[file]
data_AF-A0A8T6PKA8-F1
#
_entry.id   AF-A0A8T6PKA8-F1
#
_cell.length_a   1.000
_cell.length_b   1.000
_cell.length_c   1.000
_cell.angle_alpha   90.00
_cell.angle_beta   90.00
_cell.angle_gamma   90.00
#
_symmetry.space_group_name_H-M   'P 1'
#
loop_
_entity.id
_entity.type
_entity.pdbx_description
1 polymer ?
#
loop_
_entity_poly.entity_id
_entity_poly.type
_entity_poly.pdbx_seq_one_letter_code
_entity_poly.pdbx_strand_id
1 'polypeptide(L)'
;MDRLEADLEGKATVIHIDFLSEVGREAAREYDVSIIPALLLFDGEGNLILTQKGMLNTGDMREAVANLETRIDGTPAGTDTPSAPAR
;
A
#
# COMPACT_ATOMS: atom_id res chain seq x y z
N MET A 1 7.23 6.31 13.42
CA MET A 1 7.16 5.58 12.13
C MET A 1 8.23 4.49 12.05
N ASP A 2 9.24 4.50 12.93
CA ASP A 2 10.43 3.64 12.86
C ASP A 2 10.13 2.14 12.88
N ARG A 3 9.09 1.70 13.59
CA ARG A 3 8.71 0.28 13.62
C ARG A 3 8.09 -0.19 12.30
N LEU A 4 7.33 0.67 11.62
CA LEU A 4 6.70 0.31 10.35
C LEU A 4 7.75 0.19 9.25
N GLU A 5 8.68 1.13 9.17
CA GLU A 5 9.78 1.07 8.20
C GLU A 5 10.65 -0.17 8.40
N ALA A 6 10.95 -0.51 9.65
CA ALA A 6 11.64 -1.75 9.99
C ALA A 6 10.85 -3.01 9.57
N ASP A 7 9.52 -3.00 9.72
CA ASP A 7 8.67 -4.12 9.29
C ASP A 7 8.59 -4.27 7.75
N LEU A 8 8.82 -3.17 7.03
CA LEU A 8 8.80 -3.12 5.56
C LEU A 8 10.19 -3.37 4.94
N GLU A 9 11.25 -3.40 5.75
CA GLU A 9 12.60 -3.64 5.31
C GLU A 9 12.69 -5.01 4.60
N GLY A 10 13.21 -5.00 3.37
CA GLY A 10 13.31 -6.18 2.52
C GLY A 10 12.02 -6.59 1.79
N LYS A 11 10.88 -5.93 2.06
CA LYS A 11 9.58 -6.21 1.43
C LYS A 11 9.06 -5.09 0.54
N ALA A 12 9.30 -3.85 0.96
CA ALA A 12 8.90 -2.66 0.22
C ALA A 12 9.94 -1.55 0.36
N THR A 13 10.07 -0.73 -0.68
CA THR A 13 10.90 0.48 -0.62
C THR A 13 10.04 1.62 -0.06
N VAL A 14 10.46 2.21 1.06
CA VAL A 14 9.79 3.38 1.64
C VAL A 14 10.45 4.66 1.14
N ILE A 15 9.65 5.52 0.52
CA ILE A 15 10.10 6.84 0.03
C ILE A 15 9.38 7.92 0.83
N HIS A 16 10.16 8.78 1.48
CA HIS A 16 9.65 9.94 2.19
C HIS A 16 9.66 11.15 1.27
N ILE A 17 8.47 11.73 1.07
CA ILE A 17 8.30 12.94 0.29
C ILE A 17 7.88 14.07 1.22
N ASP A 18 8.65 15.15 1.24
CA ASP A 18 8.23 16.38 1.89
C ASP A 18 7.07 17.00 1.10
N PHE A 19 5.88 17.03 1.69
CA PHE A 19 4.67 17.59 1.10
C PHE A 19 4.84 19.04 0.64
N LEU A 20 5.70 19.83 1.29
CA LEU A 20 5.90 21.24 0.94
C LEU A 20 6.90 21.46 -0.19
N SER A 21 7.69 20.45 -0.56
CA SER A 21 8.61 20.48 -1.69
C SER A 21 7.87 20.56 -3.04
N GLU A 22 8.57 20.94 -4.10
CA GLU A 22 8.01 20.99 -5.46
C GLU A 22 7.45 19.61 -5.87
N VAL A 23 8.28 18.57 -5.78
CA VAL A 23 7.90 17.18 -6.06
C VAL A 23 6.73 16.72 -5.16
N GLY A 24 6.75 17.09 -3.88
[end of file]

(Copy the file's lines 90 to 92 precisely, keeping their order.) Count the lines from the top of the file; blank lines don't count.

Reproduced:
C LEU A 20 6.90 21.46 -0.19
N SER A 21 7.69 20.45 -0.56
CA SER A 21 8.61 20.48 -1.69